There's two similar groups in ubuntu: admin and adm, I found that /var/log/apache2 is in the adm group, and default sudoers includes admin group.

What's difference between the two?

3 Answers 3


The adm group is only good for viewing all the log files in /var/log (which historically used to be called /var/adm). It has no relation to sudo or root.

  • So if I wasn't part of adm, and I could sudo, would I be able to view the logs? Or must I be part of adm? Jul 9, 2014 at 8:07
  • @CMCDragonkai the root user can generally do anything, so you still should be able to access /var/log. Jul 9, 2014 at 11:31
  • I mean as in, the user is not root, but part of the wheel group and can sudo Jul 10, 2014 at 1:11
  • @CMCDragonkai Sudo lets you become root, so yes. If root can do it, then so can someone with sudo access.
    – Sparkette
    May 30, 2019 at 14:46

Admin is just wrong, it's probably there as an example. Adm is a historical artifact. You can see if either group exists on your system and if there are files/directories owned by them. There may also be PAM (limits.conf) rules.

They are nothing magical. They are just normal groups that may or may not be used in some config or filesystem permission.

You can have a look at Securing Debian Manual for explanations to some of the names. If Ubuntu has a matching one, you might want that instead.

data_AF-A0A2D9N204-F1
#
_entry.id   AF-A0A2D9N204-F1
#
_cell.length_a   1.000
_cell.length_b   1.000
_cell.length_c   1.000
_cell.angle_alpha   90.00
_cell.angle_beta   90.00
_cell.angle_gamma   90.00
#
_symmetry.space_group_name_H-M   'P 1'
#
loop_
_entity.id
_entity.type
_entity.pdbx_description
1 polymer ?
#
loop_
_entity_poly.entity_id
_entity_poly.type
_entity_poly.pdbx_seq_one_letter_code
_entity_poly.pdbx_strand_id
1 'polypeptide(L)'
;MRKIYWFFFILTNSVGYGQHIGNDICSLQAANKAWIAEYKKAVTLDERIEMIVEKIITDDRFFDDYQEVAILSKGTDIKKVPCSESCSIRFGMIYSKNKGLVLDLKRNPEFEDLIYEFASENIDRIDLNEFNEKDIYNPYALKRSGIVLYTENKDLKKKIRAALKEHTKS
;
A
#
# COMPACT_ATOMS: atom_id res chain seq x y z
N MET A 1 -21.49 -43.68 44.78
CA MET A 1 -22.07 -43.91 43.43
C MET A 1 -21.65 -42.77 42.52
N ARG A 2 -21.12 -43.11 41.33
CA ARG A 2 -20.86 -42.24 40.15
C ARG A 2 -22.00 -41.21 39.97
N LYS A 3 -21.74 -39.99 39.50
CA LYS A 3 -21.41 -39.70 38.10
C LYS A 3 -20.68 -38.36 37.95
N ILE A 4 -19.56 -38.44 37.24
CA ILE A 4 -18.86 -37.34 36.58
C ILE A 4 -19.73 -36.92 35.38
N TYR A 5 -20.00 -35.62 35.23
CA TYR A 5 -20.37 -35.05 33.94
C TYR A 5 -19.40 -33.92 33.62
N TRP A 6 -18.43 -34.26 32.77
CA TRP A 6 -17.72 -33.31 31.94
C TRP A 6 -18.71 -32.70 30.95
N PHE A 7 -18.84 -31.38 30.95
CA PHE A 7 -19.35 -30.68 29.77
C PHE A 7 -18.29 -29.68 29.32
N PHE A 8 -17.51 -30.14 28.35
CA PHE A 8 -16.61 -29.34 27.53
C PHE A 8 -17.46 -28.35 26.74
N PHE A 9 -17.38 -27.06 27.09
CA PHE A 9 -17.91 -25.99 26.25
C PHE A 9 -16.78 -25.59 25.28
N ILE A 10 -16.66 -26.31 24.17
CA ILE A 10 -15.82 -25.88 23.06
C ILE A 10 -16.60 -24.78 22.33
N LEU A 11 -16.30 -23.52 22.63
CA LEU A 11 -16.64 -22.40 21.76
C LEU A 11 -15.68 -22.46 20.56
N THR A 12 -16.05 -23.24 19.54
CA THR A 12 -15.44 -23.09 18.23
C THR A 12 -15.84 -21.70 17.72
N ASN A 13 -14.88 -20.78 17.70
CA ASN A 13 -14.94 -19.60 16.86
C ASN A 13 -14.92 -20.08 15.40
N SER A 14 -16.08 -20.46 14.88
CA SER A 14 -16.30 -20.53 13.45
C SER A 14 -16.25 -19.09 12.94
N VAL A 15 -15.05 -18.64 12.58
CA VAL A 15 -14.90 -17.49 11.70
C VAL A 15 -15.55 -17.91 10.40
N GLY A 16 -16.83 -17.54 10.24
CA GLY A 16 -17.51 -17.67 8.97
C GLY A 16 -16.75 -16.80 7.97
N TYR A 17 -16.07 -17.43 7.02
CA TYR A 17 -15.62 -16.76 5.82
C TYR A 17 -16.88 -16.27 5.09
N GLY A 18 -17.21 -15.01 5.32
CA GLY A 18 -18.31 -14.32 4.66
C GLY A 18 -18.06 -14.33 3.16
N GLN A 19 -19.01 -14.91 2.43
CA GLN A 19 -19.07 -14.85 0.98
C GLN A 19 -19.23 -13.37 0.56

• 1
    The admin group is valid on Ubuntu versions <=11.10 (and sometimes 12.04 - see my answer below for more info) and used for allowing sudo access.
    – user12345
    May 20, 2014 at 18:32

The admin group is used to grant sudo access on ubuntu 11.10 and earlier.

You may also see it on 12.04 for backwards compatibility if you upgraded. If you did a fresh install you will probably not see it.

<= 11.10 use group admin

>= 12.04 use group sudo

Up until Ubuntu 11.10, administrator access using the sudo tool was granted via the "admin" Unix group. In Ubuntu 12.04, administrator access will be granted via the "sudo" group. This makes Ubuntu more consistent with the upstream implementation and Debian. For compatibility purposes, the "admin" group will continue to provide sudo/administrator access in 12.04. [1]

As was mentioned above, adm is related to log access:

adm: Group adm is used for system monitoring tasks. Members of this group can read many log files in /var/log, and can use xconsole. Historically, /var/log was /usr/adm (and later /var/adm), thus the name of the group. [2]

[1] https://wiki.ubuntu.com/PrecisePangolin/ReleaseNotes/UbuntuDesktop#PrecisePangolin.2BAC8-ReleaseNotes.2BAC8-CommonInfrastructure.Common_Infrastructure

[2] https://www.debian.org/doc/manuals/securing-debian-howto/ch12.en.html

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